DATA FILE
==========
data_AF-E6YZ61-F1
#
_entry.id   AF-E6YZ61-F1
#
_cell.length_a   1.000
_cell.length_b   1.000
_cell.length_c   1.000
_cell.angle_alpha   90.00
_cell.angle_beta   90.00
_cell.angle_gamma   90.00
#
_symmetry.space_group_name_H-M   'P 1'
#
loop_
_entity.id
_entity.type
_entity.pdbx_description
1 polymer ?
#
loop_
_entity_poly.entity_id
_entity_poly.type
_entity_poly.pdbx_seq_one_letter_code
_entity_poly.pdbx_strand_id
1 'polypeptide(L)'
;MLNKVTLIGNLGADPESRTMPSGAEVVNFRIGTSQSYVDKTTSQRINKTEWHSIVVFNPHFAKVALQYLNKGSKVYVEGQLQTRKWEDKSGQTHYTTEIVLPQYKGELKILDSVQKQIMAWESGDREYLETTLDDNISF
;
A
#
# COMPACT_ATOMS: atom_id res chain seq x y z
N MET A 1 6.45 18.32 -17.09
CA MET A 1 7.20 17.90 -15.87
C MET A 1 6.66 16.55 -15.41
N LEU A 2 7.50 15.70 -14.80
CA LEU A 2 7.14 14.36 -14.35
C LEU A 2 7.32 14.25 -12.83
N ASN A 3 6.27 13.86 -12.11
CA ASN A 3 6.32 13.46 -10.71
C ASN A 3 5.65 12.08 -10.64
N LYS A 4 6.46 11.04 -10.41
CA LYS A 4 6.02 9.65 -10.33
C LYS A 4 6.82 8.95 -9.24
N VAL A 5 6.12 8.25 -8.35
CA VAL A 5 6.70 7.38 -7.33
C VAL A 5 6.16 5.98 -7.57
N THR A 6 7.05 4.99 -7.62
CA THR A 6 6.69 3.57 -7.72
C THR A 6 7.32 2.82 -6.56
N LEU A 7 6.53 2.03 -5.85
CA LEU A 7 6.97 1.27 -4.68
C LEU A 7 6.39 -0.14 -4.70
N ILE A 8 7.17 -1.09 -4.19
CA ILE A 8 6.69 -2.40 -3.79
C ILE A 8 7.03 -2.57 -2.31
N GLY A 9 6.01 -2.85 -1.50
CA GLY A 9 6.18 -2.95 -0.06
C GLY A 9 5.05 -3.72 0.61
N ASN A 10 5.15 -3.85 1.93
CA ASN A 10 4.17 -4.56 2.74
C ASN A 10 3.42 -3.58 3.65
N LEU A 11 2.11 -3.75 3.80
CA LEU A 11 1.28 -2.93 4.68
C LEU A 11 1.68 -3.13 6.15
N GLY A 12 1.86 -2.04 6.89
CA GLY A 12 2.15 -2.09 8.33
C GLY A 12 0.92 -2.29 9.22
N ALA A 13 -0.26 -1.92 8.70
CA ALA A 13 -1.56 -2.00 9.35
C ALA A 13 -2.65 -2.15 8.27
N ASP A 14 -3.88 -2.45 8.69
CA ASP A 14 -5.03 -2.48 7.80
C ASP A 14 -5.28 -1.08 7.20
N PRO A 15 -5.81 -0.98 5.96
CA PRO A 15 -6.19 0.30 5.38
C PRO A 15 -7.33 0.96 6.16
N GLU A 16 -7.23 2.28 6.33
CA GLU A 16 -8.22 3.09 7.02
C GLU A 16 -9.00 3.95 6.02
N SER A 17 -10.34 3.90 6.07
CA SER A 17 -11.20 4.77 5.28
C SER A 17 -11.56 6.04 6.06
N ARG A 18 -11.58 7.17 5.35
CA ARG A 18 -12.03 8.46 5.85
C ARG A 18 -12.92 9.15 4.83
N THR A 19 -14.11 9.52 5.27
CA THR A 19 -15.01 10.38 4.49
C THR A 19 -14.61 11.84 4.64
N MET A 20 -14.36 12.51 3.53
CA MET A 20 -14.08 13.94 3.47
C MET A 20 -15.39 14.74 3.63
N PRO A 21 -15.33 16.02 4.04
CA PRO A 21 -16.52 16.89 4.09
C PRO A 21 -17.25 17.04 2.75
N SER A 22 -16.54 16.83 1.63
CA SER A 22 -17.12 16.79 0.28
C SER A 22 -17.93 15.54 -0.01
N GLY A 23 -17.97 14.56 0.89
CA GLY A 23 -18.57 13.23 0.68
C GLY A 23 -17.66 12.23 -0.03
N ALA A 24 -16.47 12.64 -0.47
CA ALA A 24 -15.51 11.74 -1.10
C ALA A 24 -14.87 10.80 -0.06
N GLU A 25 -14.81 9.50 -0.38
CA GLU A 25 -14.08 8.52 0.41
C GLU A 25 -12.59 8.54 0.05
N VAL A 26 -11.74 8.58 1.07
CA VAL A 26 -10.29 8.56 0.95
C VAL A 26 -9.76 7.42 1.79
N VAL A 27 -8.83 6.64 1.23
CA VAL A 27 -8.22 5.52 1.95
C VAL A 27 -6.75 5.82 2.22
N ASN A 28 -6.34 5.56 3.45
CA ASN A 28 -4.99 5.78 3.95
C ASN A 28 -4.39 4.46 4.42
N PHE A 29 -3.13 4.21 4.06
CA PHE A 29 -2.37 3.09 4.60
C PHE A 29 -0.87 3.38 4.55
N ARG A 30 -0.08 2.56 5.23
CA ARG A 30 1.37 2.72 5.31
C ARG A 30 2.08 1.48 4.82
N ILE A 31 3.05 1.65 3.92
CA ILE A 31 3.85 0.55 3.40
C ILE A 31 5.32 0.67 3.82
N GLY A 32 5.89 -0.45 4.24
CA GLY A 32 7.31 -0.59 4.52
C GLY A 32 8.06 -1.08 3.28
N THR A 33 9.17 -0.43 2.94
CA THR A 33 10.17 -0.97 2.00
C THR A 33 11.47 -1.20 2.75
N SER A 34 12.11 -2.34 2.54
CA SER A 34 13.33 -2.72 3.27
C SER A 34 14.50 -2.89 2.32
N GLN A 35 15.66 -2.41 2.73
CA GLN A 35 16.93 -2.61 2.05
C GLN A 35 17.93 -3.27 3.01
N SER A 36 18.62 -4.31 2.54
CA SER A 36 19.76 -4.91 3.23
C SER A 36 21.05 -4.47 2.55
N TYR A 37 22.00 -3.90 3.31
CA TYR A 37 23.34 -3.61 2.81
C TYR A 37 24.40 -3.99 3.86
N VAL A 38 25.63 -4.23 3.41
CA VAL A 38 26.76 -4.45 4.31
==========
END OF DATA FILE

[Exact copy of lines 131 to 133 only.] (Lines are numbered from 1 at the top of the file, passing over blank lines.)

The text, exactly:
CA SER A 34 13.33 -2.72 3.27
C SER A 34 14.50 -2.89 2.32
N GLN A 35 15.66 -2.41 2.73